On Fri, Dec 20, 2013 at 7:52 AM, Luanne Olson_media <olson at alpinedistrict.org<mailto:olson at alpinedistrict.org>> wrote:
It is essential that we maintain the focus of our purpose in the library.  We are teaching skills to educate students to be life long learners.  The skills they learn transfer to life--other libraries and learning environments.  Elementary and secondary students are learning basic research and information skills.  They are emerging readers.  Don't confuse them with "specialty" collection trends.  Assist them to identify and locate what they need.  A library collection becomes fragmented with "pull-out" sections.  It is my experience that a well maintained and organized library collection is the best for students.

On Fri, Dec 20, 2013 at 6:45 AM, Bill Goodrich <bgoodrich at dcsd.org<mailto:bgoodrich at dcsd.org>> wrote:
We need to do what is best for the kids.  What does abandoning Dewey do for kids that are going to college?  Do we leave Dewey just to creat temporary momentum and excitement?  If we shelf by genre do kids get in a rut and never experience anything new?

In popular culture there is so much of jumping on every band wagon that comes by that we don't stop to consider the wisdom of those that have been on the trail for centuries.  I may just wait to see if this trend is still popular in a year or two.

On Thursday, December 19, 2013, Emily Davenport_fms wrote:
There is so much crossover these days I can't imagine trying to shelve fiction by genre.

On Thu, Dec 19, 2013 at 3:41 PM, Heather Tomlinson <htomlinson at mountainvilleacademy.org<mailto:htomlinson at mountainvilleacademy.org>> wrote:
I agree - Dewey is much too useful to abandon...

However - I'm with James Wilson (previous message thread) who asked if any of you have decided to organize fiction by genre.  How did it go?  Are you glad you did it?  Any pointers for anyone else considering it?

I'm in a K-9 school, and have divided the library into two sections.  One for everyone (K-9, but focused on K-2) and one for 3-9 only.  I think genre shelving could be VERY useful for the older fiction section.  BUT, then I think about logistics: multi genre books?  labeling books (in the catalog and on the spine)?  library volunteers who already struggle with two fiction sections (even adults...)?




On Thu, Dec 19, 2013 at 2:06 PM, Joseph Nielsen <Joseph.Nielsen at slcschools.org<mailto:Joseph.Nielsen at slcschools.org>> wrote:

It is entirely possible that the posting of this article came at a bad time for people to respond. I know I am having brain overload and working on mega doses of caffeine right now. (Ever tried putting a chunk of baking cocoa on your mouth and using Jolt Cola to slowly melt it? That will make you wired higher than Calvin & Hobbes.) So don't get too bent out of shape when the replies slowly trickle in.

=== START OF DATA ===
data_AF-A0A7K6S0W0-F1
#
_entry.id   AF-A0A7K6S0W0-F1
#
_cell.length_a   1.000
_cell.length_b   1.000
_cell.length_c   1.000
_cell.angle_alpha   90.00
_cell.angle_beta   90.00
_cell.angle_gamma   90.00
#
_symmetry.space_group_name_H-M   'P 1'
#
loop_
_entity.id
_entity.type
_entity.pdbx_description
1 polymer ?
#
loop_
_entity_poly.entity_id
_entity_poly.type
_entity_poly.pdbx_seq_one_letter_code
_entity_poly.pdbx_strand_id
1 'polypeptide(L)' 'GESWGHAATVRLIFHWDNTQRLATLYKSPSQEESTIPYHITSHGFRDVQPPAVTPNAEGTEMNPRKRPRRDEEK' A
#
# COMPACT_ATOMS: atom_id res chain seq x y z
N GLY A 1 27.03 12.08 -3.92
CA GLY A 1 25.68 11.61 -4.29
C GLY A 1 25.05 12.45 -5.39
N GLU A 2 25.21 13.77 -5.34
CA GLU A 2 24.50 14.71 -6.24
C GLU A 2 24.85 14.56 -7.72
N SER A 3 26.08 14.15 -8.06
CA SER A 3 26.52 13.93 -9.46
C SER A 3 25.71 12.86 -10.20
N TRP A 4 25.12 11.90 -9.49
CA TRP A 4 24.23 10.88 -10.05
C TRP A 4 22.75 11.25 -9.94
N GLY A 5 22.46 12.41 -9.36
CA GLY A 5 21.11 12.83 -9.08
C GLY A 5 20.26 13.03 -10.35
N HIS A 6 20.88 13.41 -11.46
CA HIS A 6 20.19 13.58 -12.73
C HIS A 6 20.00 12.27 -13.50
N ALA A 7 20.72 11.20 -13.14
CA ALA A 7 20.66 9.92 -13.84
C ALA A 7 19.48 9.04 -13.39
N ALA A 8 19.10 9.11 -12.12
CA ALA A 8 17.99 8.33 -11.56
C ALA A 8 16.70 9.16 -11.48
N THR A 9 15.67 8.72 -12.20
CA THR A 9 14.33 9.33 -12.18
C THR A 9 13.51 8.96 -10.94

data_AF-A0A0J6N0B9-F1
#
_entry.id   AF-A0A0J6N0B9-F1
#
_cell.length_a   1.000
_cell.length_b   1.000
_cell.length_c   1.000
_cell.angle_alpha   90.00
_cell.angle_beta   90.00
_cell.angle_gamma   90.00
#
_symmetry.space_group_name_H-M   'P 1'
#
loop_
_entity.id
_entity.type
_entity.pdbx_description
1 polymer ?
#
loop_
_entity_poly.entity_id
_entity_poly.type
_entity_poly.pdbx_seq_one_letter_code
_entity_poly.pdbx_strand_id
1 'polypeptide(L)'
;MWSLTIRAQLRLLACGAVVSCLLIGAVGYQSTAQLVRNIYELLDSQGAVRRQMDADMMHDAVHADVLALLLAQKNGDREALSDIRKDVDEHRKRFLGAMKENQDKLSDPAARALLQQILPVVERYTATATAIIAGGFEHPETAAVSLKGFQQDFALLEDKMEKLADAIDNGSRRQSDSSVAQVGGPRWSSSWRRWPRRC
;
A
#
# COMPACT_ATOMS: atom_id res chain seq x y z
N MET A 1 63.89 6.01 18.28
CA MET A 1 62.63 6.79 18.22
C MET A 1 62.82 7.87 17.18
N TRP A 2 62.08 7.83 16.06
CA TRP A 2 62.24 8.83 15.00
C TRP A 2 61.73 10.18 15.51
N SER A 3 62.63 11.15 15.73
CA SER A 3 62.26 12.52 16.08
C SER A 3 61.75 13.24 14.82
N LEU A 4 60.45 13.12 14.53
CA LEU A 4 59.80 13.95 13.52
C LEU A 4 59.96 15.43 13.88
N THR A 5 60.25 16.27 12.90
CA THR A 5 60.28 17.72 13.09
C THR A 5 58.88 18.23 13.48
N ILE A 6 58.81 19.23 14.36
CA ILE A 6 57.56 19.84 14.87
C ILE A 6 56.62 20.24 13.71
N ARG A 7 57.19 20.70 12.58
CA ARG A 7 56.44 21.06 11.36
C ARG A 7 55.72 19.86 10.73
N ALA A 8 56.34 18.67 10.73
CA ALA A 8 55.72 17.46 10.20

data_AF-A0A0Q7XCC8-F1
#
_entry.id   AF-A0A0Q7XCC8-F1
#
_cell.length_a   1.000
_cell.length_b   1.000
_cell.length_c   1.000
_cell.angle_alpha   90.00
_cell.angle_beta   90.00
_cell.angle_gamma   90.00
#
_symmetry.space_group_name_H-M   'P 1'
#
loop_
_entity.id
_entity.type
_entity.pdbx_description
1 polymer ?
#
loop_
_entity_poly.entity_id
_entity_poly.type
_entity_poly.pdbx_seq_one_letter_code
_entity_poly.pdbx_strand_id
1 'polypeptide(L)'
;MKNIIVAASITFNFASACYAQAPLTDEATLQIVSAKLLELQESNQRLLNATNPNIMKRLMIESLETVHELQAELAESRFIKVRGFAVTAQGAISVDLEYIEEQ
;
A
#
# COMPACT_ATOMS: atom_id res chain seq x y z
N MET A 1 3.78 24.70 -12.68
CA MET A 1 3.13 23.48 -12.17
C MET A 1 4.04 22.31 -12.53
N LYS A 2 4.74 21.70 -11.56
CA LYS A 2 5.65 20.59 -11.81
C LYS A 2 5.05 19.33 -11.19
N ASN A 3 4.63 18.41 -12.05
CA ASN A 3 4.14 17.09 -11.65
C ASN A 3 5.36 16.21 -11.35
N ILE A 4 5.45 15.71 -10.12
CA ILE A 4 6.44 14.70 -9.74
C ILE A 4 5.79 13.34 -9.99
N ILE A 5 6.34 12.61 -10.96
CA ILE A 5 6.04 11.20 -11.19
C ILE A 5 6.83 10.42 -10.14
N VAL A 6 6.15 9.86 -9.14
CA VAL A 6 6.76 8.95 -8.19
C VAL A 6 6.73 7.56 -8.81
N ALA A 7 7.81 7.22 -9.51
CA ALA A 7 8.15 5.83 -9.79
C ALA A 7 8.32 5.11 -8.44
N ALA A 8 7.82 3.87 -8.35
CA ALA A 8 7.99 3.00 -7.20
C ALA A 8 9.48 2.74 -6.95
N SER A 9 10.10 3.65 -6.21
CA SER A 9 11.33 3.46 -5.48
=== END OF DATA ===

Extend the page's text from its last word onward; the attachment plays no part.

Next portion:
And I agree with Marianne Bates, if your Principal doesn't have a clue about what you do, you have no one to blame but yourself (unless your administrator is just totally clueless).



But I'm not so sure that I see huge value in abandoning Dewey. Having worked in one of Utah's largest independent retail bookstores for 8 years before becoming a librarian, I can tell you that genres are very arbitrary, can be very difficult to assign, and sometimes so large as to be overwhelming. Take, for instance, one of my favorite books to read to 5th graders who are studying American History, "Mountain Man, the story of Hugh Glass." It is written as fiction, but his experience and all the principle events described in the book are firmly established as historical facts. It's the details that were created to tell the story. So do you classify it as Historical, Biographical, or Western? Do you use Explorers, Mountain Men, or US  History? And since it does tell the story of an historical event - do you perhaps even put it in Non-fiction, as I have seen some catalogs do? Any one of those classifications could be overwhelming in size.



The whole idea of Dewey is to be genre oriented, Mammals have their place, Weather has its place, Fairy tales, and Myths are separated between the 200's and the 300's. If you are worried about whether a book is in the right place you can decide for yourself how you want to align the classification of Dewey to fit your library and your readers. There is no governing body that is going to come to your library and condemn, or down grade it just because you chose to put the book about the movie Dinosaur under 781 instead of 567 where the CIP put it. Make your own choices and decide these things for yourself.



And all this comes with the added bonus of helping students learn to use decimals.
Emily Davenport
Teacher Librarian
Frontier Middle School
801-610-8777 x759<tel:801-610-8777%20x759>